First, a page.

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As in arithmetical progressions, all the questions which can be proposed for solution in geometric progressions reduce to 10, the solutions of which are deduced from

l=af>"-1 (1)

-£? w

from which it appears generally that as the number x increases, the difference of the logarithms of x and l~\-x diminishes. Also, since - is greater than the whole series, - being diminished by more than it is increased, we have

l(l+x)-U<-.

v x

If the base be 10, we have seen that M=0.4342. ..<-. Hence, in this case,

If x consist of 6ve places, its least value is 10000. Therefore the greatest value of

l(l4-x)Ix is less than ——=0.00005.

20000

Hence we may infer that the logarithms of every two consecutive whole numbers consisting of five places must agree in the first four decimal places at least. Now let

A = l{l+x)—i*=£±£.
A'=*(2+*)-/(l+x)=/?±|.

x l-f-j;
z(H-z) V x(2+x)>

But by [A], Art. 224,

'(1_r"i(2+x))=M \ x[2+x) ~ ±fi(S+x)^3x-'(2-(-x)3~*C' I

If X consist of five places, its least value is 10000, and, therefore, the greatest value of

A—A' is less than " , which, when reduced to a decimal, has no

20000X10002 200040000

significant figure within the first eight places. Hence, in tables which extend only to

seven places, we may assume that A—-A'=0, or A=A'.

Thus we infer that, under the circumstances which have been supposed, the logarithms

of numbers in arithmetical progression will themselves be in arithmetical progression.

Let now » and n-f-1 be two consecutive whole numbers, and an intermediate fraction. These may bo looked upon as three terms of an arithmetical progression, whose first

1 p term is n, whose common difference is -, whose (»-r-l)"' term is n-\—, and whose (<7-4-l)a'

1 9 term is n+1. By what has been already shown, the logarithms of the several terms of this scries will also be in arithmetical progression. Let 6 be their common difference. The (p-(-l),h term of this series will be

ln-\~p5,

which will be the logarithm of the (p+1)th term of the former scries;

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HARMONICAL PROGRESSION.

234. A series of quantities is called a harmonicak progression when, if any three consecutive terms be taken, the first is to the third as the difference of the first and second to the difference of the second and third.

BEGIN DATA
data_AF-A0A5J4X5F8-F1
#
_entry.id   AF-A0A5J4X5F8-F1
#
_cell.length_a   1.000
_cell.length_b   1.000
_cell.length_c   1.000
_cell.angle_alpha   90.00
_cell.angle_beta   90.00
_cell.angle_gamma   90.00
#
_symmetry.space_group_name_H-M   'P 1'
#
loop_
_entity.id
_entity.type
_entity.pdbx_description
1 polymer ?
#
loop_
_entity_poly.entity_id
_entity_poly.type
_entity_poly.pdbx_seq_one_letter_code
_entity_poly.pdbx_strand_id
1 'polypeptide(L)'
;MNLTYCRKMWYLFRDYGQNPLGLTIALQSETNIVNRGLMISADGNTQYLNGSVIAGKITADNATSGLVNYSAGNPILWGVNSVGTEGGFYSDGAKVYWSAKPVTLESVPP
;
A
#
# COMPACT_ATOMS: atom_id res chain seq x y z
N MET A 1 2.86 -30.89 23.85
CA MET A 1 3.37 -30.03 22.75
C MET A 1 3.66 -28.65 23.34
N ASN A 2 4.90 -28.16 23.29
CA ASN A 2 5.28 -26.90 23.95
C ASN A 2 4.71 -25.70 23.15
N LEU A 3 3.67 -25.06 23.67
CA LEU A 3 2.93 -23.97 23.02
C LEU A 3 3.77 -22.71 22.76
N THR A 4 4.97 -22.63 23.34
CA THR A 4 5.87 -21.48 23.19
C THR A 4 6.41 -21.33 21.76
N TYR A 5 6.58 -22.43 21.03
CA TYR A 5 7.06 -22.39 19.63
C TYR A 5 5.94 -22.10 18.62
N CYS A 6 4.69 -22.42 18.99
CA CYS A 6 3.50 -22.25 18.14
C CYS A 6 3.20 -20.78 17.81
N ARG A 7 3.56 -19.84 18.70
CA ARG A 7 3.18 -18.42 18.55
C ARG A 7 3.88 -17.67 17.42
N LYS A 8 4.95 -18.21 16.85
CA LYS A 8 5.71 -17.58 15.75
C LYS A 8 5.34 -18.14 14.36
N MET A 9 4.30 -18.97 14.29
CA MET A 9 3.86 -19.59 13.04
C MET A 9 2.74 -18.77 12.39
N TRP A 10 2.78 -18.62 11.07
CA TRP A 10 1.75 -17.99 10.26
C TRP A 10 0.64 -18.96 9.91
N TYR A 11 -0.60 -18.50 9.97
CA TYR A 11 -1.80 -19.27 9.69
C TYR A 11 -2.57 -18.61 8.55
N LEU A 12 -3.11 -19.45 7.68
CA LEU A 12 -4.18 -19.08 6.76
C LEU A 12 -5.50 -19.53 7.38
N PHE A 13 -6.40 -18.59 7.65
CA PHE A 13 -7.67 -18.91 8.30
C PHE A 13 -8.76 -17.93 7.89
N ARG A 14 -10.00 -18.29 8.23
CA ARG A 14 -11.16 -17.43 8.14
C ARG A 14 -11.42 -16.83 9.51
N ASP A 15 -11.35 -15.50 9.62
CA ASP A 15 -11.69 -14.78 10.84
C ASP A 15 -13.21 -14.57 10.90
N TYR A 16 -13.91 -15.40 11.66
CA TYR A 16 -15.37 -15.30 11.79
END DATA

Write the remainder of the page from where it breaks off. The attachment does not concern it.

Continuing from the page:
Thus, if a, b, c, d.... be a series of quantities in harmonical progression, we shall have

a:c::a—6:6—c; b:d::bc:cd, &c.

235. The reciprocals of a series of terms in liarmonical progression are in arithmetical progression.

Let a, 6, c, d, e,f.... be a series in harmonical progression.
Then, by definition,
Alio, the laat term of the latter aeries, which will be

In+qi,

will be the logarithm of the laat term of the former series;

.•./(n+l)=/n+?<5, .-. I(n+l)—ln=qS.

B"»»TIB1. l(n+Z)-ln
Bat, alio,

(»+?)-»
'V _P

) —» 7

Hence the differences of the logarithms arc as the differences of the numbers.

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INTEREST AND ANNUITIES.

236. The solution of all questions connected with interest and annuities may be greatly facilitated by the employment of the algebraical formulae. In treating of this subject we may employ the following notation: Let; dollars denote the principal, r the interest of $1 for one year, t the interest of p dollars for t years.

s the amount of p dollars for t years at the rate of interest denoted by r.

t the number of years that; is put out at interest.

SIMPLE INTEREST.

Problem I.— To find the interest of a sum p for t years at the rate r.

Since the interest of one dollar for one year is r, the interest of; dollars for one year must be ; times as much, or;r; and for t years t times as much as for one year; consequently,